• The article also suggested that Olympus was purposely uncooperative because it mentioned that scope inventories were low and that UCLA’s order could take between 30 and 90 days to deliver.
    • Firstly, it is quite reasonable to expect that duodenoscope demand across the US increased after the CRE outbreak was announced, because as facilities adopted more rigorous cleaning techniques, the amount of time each scope was available for use decreased, and each scope was at a greater risk of being damaged; thus more scopes would need to be purchased in order to minimize procedural downtime. As the endoscope market leader, would one not expect Olympus to be the most caught off guard by the sudden spike in scope orders?
    • Secondly, Olympus had reasonably stated it wanted “to set realistic expectations on [scope] delivery”—why does that sound so similar to the business mantra “under-promise and over-deliver”?
  • Finally, the article’s claim that Olympus “chastised” UCLA for not meeting its minimum spend agreement is also ungrounded.
    • Rather than chastisement, the email provided an update of how much UCLA had spent thus far; the email would seem to be better described as a gentle reminder that UCLA was not on pace to meet its contractual obligations. As it is quite common for medical device manufacturers to set up disposables contracts in return for discounted durable equipment, it is hard to see any wrongdoing from such an email, not to mention that the outstanding difference was a mere $22k, chump change when it comes to endoscopy instruments.

Don’t get me wrong, I think that Olympus and the other endoscope manufacturers need to be accountable for their actions and are part of the blame in the duodenoscope debacle. These companies have a poor track record (e.g., Olympus’s involvement in kickbacks, manufacturing site violations, and marketing prior to FDA clearance) and have done very little to earn back public trust, making them an easy target to point fingers at.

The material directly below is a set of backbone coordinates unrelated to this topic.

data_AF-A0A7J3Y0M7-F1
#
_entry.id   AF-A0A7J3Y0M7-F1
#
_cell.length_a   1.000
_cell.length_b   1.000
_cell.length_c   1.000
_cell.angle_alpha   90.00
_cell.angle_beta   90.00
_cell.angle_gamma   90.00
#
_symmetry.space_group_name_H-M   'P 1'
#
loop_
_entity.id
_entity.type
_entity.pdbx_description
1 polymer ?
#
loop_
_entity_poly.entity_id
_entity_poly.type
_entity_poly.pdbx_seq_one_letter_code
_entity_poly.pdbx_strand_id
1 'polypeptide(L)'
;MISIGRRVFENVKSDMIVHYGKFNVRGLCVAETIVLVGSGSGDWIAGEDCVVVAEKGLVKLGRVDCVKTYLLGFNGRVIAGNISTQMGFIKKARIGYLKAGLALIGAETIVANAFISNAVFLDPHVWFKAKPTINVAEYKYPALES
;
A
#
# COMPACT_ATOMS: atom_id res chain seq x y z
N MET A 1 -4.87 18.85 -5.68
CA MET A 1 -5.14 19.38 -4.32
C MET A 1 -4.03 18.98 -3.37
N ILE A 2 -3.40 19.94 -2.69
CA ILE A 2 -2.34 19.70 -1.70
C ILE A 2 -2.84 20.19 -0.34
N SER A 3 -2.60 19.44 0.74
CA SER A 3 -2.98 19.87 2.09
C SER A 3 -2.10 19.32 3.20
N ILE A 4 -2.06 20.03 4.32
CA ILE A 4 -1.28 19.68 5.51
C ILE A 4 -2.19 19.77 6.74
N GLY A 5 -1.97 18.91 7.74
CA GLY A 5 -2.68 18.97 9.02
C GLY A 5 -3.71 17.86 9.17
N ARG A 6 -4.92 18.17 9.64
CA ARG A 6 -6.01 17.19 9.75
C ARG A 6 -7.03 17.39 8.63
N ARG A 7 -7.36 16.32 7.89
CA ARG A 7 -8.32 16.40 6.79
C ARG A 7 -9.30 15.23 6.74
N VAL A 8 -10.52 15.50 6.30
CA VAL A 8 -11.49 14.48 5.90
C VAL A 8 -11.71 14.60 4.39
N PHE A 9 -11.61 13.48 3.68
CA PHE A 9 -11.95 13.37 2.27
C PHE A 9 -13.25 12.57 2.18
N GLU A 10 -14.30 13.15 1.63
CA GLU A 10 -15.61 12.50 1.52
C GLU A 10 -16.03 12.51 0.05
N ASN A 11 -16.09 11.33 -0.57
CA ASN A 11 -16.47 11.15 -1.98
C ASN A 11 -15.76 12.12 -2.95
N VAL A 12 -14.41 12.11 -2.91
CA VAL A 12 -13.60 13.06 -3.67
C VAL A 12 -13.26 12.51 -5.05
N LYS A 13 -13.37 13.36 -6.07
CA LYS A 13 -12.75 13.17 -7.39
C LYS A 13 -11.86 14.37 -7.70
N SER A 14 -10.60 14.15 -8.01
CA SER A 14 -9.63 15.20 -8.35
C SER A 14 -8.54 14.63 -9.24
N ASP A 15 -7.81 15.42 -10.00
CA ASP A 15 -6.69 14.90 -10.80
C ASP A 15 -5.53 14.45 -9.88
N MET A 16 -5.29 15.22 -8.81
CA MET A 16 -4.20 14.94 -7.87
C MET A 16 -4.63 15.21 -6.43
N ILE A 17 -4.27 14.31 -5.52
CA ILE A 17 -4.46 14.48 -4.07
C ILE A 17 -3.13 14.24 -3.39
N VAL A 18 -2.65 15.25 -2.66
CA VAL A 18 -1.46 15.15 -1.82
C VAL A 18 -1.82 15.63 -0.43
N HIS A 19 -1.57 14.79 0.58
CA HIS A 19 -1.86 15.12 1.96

Manufacturers have a duty to be forthright about device safety reporting and proactive about mitigating risks inherent in product design. Communication and training for healthcare providers should also be comprehensive in order to ensure products are used properly. On the other hand, hospitals also have a duty to be diligent about infection control and to be in full compliance with disinfection protocols.

However, while it would be productive journalism to increase awareness about an esoteric topic such as duodenoscope safety by exposing the emotional and physical consequences resulting from poor infection control (i.e., patient stories, legal testimony), it is rather shameless to craft a misleading story based on emails that I would consider to be reflective of typical negotiations between customer and supplier. For the LA Times to read between the lines and cherry-pick phrases in Olympus’s emails is to take advantage of the lay reader and spin a story that is far more sinister than in reality.

Follow Jason Lau on Twitter for more insights on gastroenterology and other endoscopy markets.